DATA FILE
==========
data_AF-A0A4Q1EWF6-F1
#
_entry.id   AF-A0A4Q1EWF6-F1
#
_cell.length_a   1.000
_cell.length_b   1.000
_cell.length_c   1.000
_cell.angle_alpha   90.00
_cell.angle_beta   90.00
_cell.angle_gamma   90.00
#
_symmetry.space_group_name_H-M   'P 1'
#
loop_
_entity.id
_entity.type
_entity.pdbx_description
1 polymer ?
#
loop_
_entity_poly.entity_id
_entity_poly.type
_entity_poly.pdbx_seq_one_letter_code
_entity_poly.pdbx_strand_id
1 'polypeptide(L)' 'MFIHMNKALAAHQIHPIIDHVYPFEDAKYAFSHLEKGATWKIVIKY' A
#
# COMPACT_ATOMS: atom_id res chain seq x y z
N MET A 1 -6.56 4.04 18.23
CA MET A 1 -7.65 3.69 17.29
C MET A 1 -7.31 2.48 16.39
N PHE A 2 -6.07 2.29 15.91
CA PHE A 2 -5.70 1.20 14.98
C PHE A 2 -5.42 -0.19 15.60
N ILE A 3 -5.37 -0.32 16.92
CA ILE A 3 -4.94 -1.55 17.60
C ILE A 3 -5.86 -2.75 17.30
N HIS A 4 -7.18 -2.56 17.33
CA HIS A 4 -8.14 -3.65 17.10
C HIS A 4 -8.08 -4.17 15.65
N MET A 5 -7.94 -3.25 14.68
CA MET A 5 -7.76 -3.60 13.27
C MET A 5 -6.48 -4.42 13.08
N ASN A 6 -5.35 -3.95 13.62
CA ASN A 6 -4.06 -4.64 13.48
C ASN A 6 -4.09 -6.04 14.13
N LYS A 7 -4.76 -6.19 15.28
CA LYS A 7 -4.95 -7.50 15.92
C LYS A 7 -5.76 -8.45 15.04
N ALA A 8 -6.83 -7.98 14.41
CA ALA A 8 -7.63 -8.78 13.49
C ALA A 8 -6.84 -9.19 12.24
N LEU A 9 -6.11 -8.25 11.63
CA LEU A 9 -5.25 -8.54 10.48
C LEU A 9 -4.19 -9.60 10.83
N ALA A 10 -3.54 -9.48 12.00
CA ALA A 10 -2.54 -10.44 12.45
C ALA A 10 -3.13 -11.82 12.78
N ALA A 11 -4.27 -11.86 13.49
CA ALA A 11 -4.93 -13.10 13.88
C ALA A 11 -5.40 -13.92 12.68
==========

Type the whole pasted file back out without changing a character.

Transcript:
data_AF-A0A4Q1EWF6-F1
#
_entry.id   AF-A0A4Q1EWF6-F1
#
_cell.length_a   1.000
_cell.length_b   1.000
_cell.length_c   1.000
_cell.angle_alpha   90.00
_cell.angle_beta   90.00
_cell.angle_gamma   90.00
#
_symmetry.space_group_name_H-M   'P 1'
#
loop_
_entity.id
_entity.type
_entity.pdbx_description
1 polymer ?
#
loop_
_entity_poly.entity_id
_entity_poly.type
_entity_poly.pdbx_seq_one_letter_code
_entity_poly.pdbx_strand_id
1 'polypeptide(L)' 'MFIHMNKALAAHQIHPIIDHVYPFEDAKYAFSHLEKGATWKIVIKY' A
#
# COMPACT_ATOMS: atom_id res chain seq x y z
N MET A 1 -6.56 4.04 18.23
CA MET A 1 -7.65 3.69 17.29
C MET A 1 -7.31 2.48 16.39
N PHE A 2 -6.07 2.29 15.91
CA PHE A 2 -5.70 1.20 14.98
C PHE A 2 -5.42 -0.19 15.60
N ILE A 3 -5.37 -0.32 16.92
CA ILE A 3 -4.94 -1.55 17.60
C ILE A 3 -5.86 -2.75 17.30
N HIS A 4 -7.18 -2.56 17.33
CA HIS A 4 -8.14 -3.65 17.10
C HIS A 4 -8.08 -4.17 15.65
N MET A 5 -7.94 -3.25 14.68
CA MET A 5 -7.76 -3.60 13.27
C MET A 5 -6.48 -4.42 13.08
N ASN A 6 -5.35 -3.95 13.62
CA ASN A 6 -4.06 -4.64 13.48
C ASN A 6 -4.09 -6.04 14.13
N LYS A 7 -4.76 -6.19 15.28
CA LYS A 7 -4.95 -7.50 15.92
C LYS A 7 -5.76 -8.45 15.04
N ALA A 8 -6.83 -7.98 14.41
CA ALA A 8 -7.63 -8.78 13.49
C ALA A 8 -6.84 -9.19 12.24
N LEU A 9 -6.11 -8.25 11.63
CA LEU A 9 -5.25 -8.54 10.48
C LEU A 9 -4.19 -9.60 10.83
N ALA A 10 -3.54 -9.48 12.00
CA ALA A 10 -2.54 -10.44 12.45
C ALA A 10 -3.13 -11.82 12.78
N ALA A 11 -4.27 -11.86 13.49
CA ALA A 11 -4.93 -13.10 13.88
C ALA A 11 -5.40 -13.92 12.68